Herman N. Eisen passed away on November 2, 2014, at the age of 96. Herman’s contributions to immunology spanned the period from the 1940s to the present—he was working on two manuscripts at the time of his death. He made seminal contributions to our understanding of affinity maturation, specificity of immunological responses, and T cell recognition of peptide–MHC complexes.

The American Association of Immunologists records, Center for Biological Sciences Archives, UMBC. Photo modified by AAI.

Herman N. Eisen

The American Association of Immunologists records, Center for Biological Sciences Archives, UMBC. Photo modified by AAI.

Herman N. Eisen

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In the late 1940s, not much was understood about Ab–Ag reactions. Herman made major advances in the field by studying the interactions of Abs with simple molecules such as the hapten benzene arsonate. This approach enabled him to avoid the difficulties in interpreting the experimental findings with complex protein Ags. In 1949, Herman and Fred Karush showed that Ab molecules had two binding sites for Ag—a major finding that led Linus Pauling to write a congratulatory note. During this time, Herman was at New York University, where he continued to make advances such as the contact sensitivity to dinitrofluorobenzene compounds due to T cell–dependent delayed hypersensitivity.

Herman was recruited to the Dermatology Department at Washington University in St. Louis in 1955. He was sought perhaps for his work on contact sensitivity. He ultimately joined the Department of Microbiology and Immunology and became the chair of that department in 1961. Herman’s work on immune cell reactions with hapten–protein conjugates while at Washington University led to a very important discovery with Gregory Siskind. By precisely measuring Ab affinity for Ag using fluorescence quenching methods, they were able to show that the affinity of Ab responses to Ag increases with time by several hundred-fold. With Lisa Steiner, Herman subsequently showed that this phenomenon occurred at the cellular level. These experiments demonstrated the process of affinity maturation. Affinity maturation has since been the subject of extensive studies, and we now understand it as a Darwinian evolutionary process that occurs in a short time. Repeated rounds of mutation and selection of B cells in germinal centers results in Abs that bind increasingly more strongly to the selecting pathogen. Vaccines that protect us against a variety of diseases induce affinity maturation processes resulting in potent Abs. Affinity maturation is also mimicked in academic and industrial laboratories for the discovery of Ab-based therapies and protein engineering by directed evolution.

Herman studied myeloma tumors developed by others and found that some, like MOPC-315, produced an Ab that bound DNP and could potentially be a source for mAbs. This work preceded the discovery of hybridomas by Georges J.F. Kohler and César Milstein by about ten years. Herman’s work on Abs also revealed two features that captured his interest again in the last decade of his career: the heterogeneity of Ab affinities generated by affinity maturation and the specificity and degeneracy (polyspecificity) of Ab–Ag reactions.

In 1973, Herman was recruited by Salvador E. Luria to be a founding member of the Cancer Center at the Massachusetts Institute of Technology (MIT). At MIT, Herman focused on the T cell arm of the immune system and proceeded to make major contributions. Herman’s laboratory isolated a CD8 T cell clone called 2C. 2C recognized an allogeneic class I MHC molecule as well as a syngeneic MHC molecule. Work done with the 2C system allowed Herman to shed light on the plasticity of the recognition of peptide–MHC complexes. His group also reported that activated CD8 T cells could kill a target cell bearing a single peptide–MHC complex. Other scientists used the 2C system to understand thymic development as well as to crystallize the first TCR–pMHC complex.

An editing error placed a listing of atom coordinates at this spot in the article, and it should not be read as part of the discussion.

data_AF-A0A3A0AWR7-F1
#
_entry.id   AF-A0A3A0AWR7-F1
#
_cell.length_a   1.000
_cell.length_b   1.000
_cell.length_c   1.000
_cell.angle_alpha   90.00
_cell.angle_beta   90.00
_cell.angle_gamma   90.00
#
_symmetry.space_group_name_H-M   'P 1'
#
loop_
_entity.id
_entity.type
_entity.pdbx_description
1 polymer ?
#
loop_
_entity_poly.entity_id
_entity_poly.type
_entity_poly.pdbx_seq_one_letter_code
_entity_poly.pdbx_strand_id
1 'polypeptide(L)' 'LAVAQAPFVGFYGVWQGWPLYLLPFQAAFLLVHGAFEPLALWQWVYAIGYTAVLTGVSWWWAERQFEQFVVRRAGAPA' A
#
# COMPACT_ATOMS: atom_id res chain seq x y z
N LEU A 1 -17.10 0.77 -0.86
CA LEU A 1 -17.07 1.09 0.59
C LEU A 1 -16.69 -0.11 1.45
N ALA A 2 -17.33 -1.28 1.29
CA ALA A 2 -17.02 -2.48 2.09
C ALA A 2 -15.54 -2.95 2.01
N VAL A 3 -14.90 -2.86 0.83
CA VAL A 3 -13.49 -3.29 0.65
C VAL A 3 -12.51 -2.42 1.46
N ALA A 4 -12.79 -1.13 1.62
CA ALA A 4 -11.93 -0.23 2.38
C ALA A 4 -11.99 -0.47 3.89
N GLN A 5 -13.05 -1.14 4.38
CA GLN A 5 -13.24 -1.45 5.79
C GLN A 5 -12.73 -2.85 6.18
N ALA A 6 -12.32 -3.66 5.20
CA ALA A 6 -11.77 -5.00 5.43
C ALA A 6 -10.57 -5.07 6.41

Herman served the field of immunology in many ways. He wrote the immunology chapter in Microbiology, edited by Bernard Davis, which was the standard textbook for microbiology and immunology students for many years. He also served as president of the The American Association of Immunologists (AAI) from 1968–1969, after having served as a councilor (1963–1968). He continued his service to AAI following his term as president, serving on numerous committees between 1969 and 1998, and as an Associate Editor (1968–1974) and Section Editor (1987–1989) for The Journal of Immunology.

In 1989, university rules for mandatory retirement at age 70 required Herman to retire from MIT faculty. For several years, however, as emeritus, he maintained an active laboratory that continued to make important discoveries. Even after closing his laboratory around 2005, he continued to work closely with several MIT colleagues on scientific problems and publish papers.

Herman was deeply respected by his scientific colleagues. His integrity was legendary. If one were to paraphrase many comments received from immunologists upon hearing of Herman’s passing, the dominant sentiment was that a giant of a man and a giant in immunology was no longer in our midst. David Baltimore noted “Herman was a pioneer immunologist who never lost his joy of discovery. His calm and generous exterior cloaked a deep passion to understand immunity.”

Herman’s scientific accomplishments led to many honors, including his election to the National Academy of Science, the Institute of Medicine of the National Academies, the American Academy of Arts and Science, and the AAI Lifetime Achievement Award in 1997.